Calamities for our Good

One of the reasons God permits calamities to come into our lives is for our good. Why does this have to happen to me? Because God could look down in the future and recognize that there would be a need and He had to meet the need and the meeting of that need is through the calamity that happened to you.

Don't take the time to turn there but write down Genesis, chapter 50, verses 19-20. You remember the story. Joseph was in Egypt. He had been sold by his brethren. His brethren came down to Egypt, and when they realized the man who had their very life in his hands was actually the brother whom they had sold into Egypt, they became very alarmed about it and began to wonder what was going to happen to them. Joseph told them to be quiet and not to worry. He said, “You meant this thing unto me for evil, but God meant it for good.” Joseph could well have said, when they threw him down into that pit, bound and gagged, never to be set free, “Why did God let this happen?” He lived a long time before he knew, but finally he was told why.

Compare Genesis, chapter 50, with Psalm 105, verses 16-22, and you find the Psalmist's comment on that particular thing, reminding us that Joseph was kept in Egypt all those years and until such a time as God's Word came and God was able to deliver him. Why do calamities come? For our good. We may never know the good, but that is the reason they come.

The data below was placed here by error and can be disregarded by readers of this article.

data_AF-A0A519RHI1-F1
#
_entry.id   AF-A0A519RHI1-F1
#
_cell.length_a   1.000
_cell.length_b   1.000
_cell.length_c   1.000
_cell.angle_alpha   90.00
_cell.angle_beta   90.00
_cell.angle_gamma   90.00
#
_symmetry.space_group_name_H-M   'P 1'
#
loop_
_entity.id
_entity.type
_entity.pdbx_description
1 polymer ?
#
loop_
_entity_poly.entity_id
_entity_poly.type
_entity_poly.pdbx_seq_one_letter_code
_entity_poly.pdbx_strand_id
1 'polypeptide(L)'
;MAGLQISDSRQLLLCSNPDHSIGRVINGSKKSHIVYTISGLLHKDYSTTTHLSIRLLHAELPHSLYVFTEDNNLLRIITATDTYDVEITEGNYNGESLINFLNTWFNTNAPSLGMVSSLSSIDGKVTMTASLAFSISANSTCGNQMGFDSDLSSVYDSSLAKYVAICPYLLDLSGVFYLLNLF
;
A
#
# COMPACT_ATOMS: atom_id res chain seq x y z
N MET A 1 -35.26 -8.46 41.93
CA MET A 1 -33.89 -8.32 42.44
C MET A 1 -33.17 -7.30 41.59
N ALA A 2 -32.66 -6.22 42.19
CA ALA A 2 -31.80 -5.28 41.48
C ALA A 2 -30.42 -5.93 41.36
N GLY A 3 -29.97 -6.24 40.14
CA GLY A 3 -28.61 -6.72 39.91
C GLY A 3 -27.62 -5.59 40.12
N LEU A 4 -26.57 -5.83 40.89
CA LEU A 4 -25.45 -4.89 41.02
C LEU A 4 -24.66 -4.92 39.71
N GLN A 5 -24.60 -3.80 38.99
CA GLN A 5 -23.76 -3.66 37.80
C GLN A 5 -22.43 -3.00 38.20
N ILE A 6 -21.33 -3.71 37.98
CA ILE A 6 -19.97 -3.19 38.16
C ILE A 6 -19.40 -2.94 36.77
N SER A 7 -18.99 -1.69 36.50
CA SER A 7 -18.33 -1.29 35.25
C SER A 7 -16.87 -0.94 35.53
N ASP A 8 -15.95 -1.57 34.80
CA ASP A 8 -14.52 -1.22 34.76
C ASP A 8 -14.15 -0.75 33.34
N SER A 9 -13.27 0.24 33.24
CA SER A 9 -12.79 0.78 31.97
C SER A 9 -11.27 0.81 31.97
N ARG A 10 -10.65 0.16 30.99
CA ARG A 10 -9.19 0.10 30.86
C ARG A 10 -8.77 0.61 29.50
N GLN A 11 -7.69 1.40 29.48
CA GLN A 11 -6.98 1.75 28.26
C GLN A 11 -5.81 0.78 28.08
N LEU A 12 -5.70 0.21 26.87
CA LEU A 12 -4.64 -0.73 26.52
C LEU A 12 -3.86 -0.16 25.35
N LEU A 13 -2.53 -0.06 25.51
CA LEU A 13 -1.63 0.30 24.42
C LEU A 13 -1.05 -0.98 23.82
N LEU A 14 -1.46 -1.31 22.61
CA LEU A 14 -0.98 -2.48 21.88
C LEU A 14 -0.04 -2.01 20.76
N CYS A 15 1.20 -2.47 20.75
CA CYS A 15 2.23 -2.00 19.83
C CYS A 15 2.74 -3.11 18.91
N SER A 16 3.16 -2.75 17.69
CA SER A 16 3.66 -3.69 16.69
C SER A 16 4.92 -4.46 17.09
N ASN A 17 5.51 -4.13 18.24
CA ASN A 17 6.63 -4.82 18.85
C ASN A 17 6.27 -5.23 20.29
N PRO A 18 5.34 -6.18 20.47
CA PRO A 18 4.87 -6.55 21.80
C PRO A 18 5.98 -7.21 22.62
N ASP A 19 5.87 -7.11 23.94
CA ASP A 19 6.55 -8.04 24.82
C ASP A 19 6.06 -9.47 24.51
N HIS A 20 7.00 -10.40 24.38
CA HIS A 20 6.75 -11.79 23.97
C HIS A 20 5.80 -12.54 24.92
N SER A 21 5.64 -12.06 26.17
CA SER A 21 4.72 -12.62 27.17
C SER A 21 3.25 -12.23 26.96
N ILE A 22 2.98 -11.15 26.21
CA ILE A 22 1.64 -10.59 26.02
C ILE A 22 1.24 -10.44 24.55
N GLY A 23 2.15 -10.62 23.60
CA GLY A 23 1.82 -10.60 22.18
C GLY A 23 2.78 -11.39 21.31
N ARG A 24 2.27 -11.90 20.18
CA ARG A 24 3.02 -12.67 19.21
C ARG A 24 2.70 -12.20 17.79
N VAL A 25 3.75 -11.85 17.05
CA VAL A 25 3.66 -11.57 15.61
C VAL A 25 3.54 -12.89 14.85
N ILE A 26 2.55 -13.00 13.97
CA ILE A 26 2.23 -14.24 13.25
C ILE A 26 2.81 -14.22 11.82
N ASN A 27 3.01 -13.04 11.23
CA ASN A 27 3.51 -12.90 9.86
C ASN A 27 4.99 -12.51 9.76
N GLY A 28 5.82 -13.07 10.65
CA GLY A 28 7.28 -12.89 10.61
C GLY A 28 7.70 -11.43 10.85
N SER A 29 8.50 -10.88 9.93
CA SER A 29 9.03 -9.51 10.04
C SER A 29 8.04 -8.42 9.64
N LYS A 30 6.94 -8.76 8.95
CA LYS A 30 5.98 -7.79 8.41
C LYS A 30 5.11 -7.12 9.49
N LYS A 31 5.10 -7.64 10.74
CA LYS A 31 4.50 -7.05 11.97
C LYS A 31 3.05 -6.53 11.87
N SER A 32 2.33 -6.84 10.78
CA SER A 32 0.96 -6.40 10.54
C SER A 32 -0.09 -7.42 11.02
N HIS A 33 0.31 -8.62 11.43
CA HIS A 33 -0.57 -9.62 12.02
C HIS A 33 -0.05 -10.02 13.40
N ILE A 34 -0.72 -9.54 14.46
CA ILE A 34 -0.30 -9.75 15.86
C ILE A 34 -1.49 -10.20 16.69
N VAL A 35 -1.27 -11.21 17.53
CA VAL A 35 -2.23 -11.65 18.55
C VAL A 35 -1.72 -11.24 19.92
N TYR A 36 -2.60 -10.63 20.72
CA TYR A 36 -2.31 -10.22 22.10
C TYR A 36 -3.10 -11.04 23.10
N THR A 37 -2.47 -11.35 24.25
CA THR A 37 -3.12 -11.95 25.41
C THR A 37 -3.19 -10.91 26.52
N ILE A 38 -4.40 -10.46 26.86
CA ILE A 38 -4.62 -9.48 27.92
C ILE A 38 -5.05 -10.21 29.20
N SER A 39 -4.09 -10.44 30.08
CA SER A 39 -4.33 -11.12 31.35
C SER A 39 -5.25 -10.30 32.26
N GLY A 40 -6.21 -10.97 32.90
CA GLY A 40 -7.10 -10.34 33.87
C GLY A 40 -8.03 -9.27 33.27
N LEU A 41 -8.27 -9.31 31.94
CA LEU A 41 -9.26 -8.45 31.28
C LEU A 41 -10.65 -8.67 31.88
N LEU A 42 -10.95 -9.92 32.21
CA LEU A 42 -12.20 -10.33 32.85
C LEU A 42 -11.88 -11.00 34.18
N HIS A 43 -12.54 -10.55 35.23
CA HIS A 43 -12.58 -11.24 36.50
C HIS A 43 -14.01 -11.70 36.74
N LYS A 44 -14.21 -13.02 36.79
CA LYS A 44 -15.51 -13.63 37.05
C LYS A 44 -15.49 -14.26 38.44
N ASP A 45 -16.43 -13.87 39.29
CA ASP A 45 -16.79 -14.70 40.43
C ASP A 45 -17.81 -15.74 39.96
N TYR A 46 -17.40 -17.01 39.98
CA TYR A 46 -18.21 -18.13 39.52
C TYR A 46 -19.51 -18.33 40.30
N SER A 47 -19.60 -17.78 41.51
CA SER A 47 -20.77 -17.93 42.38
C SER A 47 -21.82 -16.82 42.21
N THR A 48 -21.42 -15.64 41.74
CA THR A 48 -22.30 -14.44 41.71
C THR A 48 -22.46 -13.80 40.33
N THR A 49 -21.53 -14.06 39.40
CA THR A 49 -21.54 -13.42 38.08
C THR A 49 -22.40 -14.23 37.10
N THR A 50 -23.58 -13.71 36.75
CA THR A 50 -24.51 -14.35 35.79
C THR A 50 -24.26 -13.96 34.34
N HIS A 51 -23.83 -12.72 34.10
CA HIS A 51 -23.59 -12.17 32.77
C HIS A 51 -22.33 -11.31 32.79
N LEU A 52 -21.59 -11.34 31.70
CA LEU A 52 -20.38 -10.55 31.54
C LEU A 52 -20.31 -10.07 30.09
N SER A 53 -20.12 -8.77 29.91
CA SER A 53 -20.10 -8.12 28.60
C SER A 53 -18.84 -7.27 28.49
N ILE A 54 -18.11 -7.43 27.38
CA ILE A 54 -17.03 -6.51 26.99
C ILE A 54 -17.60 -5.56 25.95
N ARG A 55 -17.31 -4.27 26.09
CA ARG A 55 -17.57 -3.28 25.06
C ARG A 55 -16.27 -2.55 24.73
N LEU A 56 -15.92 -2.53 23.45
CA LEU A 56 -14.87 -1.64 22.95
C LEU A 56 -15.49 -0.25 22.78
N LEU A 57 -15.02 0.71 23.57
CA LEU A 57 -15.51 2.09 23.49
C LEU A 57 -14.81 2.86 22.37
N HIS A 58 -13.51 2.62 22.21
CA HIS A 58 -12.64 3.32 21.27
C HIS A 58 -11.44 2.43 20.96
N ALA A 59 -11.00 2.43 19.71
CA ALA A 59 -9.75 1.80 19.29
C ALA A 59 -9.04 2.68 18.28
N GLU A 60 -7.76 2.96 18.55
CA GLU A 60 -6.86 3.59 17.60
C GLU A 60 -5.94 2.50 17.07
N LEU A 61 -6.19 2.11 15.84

Calamities in View of His Mercy

There is a third thing. Remember in Job, chapter 37, what we read: For correction, for His land, for our good, for mercy. Yes, difficult as it may be for us to believe, God permits these calamities to come into our lives because He is a merciful God. Illustrations: Look back when you have time to Genesis, chapter 6. God looked down upon the earth and the thought of man's heart was only evil continually, and God said, “I have got to do something about this. If I don't stop this, evil will permeate the whole world.” God sent the flood as an act of mercy, to prevent greater evil that most certainly would come.

Think again about the men at the Tower of Babel. Up, up went the tower and God said, “Let us go down and look this thing over. Let us see the reason this is happening. If we don't stop these men in what they are doing right now, nobody knows what they will do.”

Oh, Dear One, oftentimes God brings a tragedy, God brings a calamity, into your life as an act of mercy. He does it to stop you. If He lets you go the way you are going, God alone knows the sad things that would happen. God brings calamity in view of His mercy.

Think about the impotent man described in John, chapter 5, verse 14. The Lord healed him, you remember, and He said, “Now, go and sin no more, lest a worse thing come upon you.” The impotency, it would seem, was a calamity brought into his life, but for some reason he did not respond to it. Then he met the Lord and the Lord forgave him and said, “Go and sin no more, lest a worse thing come upon you.”